Asia on alert after flu threat spreads

April 26, 2009

Asian health officials went on alert Sunday as a flu strain that has killed dozens of people in Mexico appeared to have spread to New Zealand, underscoring warnings of a potential pandemic.

Governments across the region, which has in recent years been at the forefront of the SARS and epidemics, stepped up checks at airports and urged the public to be on guard for symptoms of the new multi-strain flu.

Ten New Zealand students who recently travelled to Mexico are "likely" to have contracted swine fever, Minister Tony Ryall said Sunday -- the first suspected cases in the region of more than three billion people.

They were among a group of three teachers and 22 students from Auckland who returned home on Saturday. Thirteen students and one teacher had displayed flu-like symptoms and were quarantined in their homes while undergoing tests.

"Ministry of Health officials advise me there is no guarantee these students have , but they consider it likely," Ryall said.

Samples from the students, who already tested positive for influenza A, were being sent to a World Health Organisation (WHO) laboratory in Melbourne, Australia to determine whether they had , Ryall said.

Mexican officials said the death toll from the new strain had probably risen to 81, while 10 people were believed infected in the United States and there were two possible cases in France.

The WHO warned Saturday that the virus had the potential to become a pandemic, labelling the current outbreak "a public health emergency of international concern."

In Japan, airports tightened checks on passengers arriving from Mexico, with quarantine officials giving out face masks and using thermography imaging cameras to screen passengers for signs of fever.

Health officials handed out leaflets to those headed for Mexico and the United States, urging them to wear face masks and wash their hands regularly, while a health ministry hotline attracted some 400 calls.

Agriculture minister Shigeru Ishiba appealed for calm, saying that the drug Tamiflu "is very effective. We have enough stockpiles in Japan."

South Korea followed suit, ordering all passengers on flights from virus-hit nations to pass through a strengthened quarantine check with a test kit at the airports.

Authorities also put Mexican and US pork in quarantine to check for the disease.

Australia urged people who had recently returned from Mexico and had developed flu-like symptoms to seek medical advice.

China and Hong Kong bore the brunt of the Severe Acute Respiratory Syndrome (SARS) in 2003 that killed nearly 800 people, most of them in Asia, bringing air travel here to a near-standstill and battering the region's economies.

The same year, the H5N1 strain of re-appeared in Asia.

It has since killed 257 people, according to the World Health Organisation, and officials have long warned that the virus could become a global pandemic if it mutates into a form that is easily transmissible between humans.

The Chinese health ministry said it was "paying close attention" to the situation, studying inspection and quarantine measures to guard against the spread of the latest .

In Hong Kong, health officials said checks at border crossings had been stepped up and that airlines had been asked to broadcast messages on all flights coming direct from affected areas.

Indonesia, which has recorded the most deaths from bird flu of any country, said it was checking that thermoscanners were working at all ports and airports.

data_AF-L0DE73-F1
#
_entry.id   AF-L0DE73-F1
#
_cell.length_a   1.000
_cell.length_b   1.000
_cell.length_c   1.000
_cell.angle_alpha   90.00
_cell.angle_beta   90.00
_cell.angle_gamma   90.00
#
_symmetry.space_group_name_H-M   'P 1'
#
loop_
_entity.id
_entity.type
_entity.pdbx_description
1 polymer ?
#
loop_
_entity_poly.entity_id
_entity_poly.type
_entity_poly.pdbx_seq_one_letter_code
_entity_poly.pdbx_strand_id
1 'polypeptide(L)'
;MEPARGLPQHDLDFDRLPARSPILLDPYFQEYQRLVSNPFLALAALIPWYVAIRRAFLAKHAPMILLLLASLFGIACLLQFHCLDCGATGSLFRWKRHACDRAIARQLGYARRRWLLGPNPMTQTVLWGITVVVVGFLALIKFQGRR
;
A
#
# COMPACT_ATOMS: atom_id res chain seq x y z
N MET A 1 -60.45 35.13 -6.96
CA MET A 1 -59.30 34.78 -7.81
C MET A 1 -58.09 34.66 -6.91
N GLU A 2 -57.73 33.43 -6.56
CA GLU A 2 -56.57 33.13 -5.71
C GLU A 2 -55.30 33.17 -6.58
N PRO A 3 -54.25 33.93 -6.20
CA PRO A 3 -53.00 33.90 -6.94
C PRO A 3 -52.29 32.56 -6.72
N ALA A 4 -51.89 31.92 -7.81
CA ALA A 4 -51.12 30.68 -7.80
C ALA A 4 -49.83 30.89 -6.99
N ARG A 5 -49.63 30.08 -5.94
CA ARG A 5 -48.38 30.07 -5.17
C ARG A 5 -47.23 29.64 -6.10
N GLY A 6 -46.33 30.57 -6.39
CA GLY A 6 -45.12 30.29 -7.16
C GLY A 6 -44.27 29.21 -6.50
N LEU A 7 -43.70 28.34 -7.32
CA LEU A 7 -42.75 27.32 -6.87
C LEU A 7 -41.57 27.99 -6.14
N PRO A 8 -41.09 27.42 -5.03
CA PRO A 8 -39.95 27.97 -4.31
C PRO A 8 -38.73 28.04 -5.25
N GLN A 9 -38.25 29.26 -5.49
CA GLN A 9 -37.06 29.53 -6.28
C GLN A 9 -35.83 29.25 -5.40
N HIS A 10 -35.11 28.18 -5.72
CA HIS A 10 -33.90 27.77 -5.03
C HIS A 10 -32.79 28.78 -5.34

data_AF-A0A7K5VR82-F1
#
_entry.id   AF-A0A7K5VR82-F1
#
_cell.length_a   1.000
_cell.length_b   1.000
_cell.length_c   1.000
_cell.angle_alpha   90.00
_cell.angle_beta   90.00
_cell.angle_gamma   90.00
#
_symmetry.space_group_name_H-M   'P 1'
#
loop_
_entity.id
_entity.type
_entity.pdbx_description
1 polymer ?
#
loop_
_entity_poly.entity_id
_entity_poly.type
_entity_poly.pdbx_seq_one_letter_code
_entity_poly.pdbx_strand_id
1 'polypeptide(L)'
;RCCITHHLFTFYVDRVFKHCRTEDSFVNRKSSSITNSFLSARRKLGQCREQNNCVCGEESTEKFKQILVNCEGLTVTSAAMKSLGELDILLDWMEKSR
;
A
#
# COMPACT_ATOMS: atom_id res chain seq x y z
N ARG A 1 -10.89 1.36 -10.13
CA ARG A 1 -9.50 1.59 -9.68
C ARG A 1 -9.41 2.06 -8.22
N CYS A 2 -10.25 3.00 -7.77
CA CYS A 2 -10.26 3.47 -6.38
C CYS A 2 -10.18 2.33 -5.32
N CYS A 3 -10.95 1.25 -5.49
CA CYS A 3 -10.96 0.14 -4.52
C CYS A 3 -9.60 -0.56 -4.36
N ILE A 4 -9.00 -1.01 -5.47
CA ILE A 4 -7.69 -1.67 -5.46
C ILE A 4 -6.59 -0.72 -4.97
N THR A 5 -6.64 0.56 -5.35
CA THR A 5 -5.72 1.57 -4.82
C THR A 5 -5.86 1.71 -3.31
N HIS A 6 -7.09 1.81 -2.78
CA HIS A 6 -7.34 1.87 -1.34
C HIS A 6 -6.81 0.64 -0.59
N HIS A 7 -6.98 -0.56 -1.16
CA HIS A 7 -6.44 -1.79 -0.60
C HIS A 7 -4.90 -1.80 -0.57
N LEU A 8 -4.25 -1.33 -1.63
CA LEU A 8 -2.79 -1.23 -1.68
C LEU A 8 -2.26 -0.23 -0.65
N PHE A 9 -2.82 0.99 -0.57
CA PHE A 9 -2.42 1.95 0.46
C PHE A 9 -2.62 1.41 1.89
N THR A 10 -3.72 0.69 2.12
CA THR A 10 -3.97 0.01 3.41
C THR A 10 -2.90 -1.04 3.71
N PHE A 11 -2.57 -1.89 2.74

Thailand's Public Health Minister, Witthaya Kaewparadai, said authorities were "monitoring the epidemic closely" and advised people travelling to Mexico and the United States to take advice from the ministry.

Highlighting the potential role of international air travel in spreading the virus, a British Airways cabin crew staff member was being treated in a London hospital with flu-like symptoms after arriving on a flight from Mexico City.

(c) 2009 AFP

Explore further: Bird flu kills Cambodian girl

Related Stories

Hong Kong bird tests positive for H5N1

March 6, 2009

Hong Kong authorities said Friday that a dead chicken found in the southern Chinese territory had tested positive for the deadly H5N1 strain of the bird flu virus.

Mexico City closes museums to stop flu outbreak

April 24, 2009

(AP) -- Mexico's federal government has closed museums, libraries, and state-run theaters as well as schools in its overcrowded capital to stop a swine flu outbreak authorities say may have killed as many as 60 people.

Mexico on edge as reports of swine flu cases climb

April 26, 2009

(AP) -- A new strain of swine flu has this metropolis of 20 million people increasingly fearful as suspected flu deaths grow, and world health officials warn that Mexico City could be at the epicenter of a global epidemic.

Recommended for you

How the finch changes its tune

August 3, 2015

Like top musicians, songbirds train from a young age to weed out errors and trim variability from their songs, ultimately becoming consistent and reliable performers. But as with human musicians, even the best are not machines. ...

Cow embryos reveal new type of chromosome chimera

May 27, 2016

I've often wondered what happens between the time an egg is fertilized and the time the ball of cells that it becomes nestles into the uterine lining. It's a period that we know very little about, a black box of developmental ...

Shaving time to test antidotes for nerve agents

February 29, 2016

Imagine you wanted to know how much energy it took to bike up a mountain, but couldn't finish the ride to the peak yourself. So, to get the total energy required, you and a team of friends strap energy meters to your bikes ...


Please sign in to add a comment. Registration is free, and takes less than a minute. Read more

Click here to reset your password.
Sign in to get notified via email when new comments are made.